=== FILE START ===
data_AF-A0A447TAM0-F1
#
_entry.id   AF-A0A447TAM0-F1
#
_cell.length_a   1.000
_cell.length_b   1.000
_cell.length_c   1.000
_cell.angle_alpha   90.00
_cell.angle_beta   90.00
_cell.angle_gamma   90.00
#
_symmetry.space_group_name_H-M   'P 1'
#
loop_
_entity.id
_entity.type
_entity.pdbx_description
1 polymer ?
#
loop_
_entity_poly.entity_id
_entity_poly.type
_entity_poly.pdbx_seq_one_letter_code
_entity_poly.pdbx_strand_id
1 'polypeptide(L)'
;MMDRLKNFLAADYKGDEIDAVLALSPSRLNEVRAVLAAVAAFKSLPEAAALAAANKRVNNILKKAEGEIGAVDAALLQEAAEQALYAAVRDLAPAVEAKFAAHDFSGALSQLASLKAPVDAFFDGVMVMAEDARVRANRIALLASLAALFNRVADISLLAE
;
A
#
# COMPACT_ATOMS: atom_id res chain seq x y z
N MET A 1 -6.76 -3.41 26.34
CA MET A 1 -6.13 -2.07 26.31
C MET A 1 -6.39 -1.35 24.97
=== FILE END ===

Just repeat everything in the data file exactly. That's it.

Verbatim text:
data_AF-A0A447TAM0-F1
#
_entry.id   AF-A0A447TAM0-F1
#
_cell.length_a   1.000
_cell.length_b   1.000
_cell.length_c   1.000
_cell.angle_alpha   90.00
_cell.angle_beta   90.00
_cell.angle_gamma   90.00
#
_symmetry.space_group_name_H-M   'P 1'
#
loop_
_entity.id
_entity.type
_entity.pdbx_description
1 polymer ?
#
loop_
_entity_poly.entity_id
_entity_poly.type
_entity_poly.pdbx_seq_one_letter_code
_entity_poly.pdbx_strand_id
1 'polypeptide(L)'
;MMDRLKNFLAADYKGDEIDAVLALSPSRLNEVRAVLAAVAAFKSLPEAAALAAANKRVNNILKKAEGEIGAVDAALLQEAAEQALYAAVRDLAPAVEAKFAAHDFSGALSQLASLKAPVDAFFDGVMVMAEDARVRANRIALLASLAALFNRVADISLLAE
;
A
#
# COMPACT_ATOMS: atom_id res chain seq x y z
N MET A 1 -6.76 -3.41 26.34
CA MET A 1 -6.13 -2.07 26.31
C MET A 1 -6.39 -1.35 24.97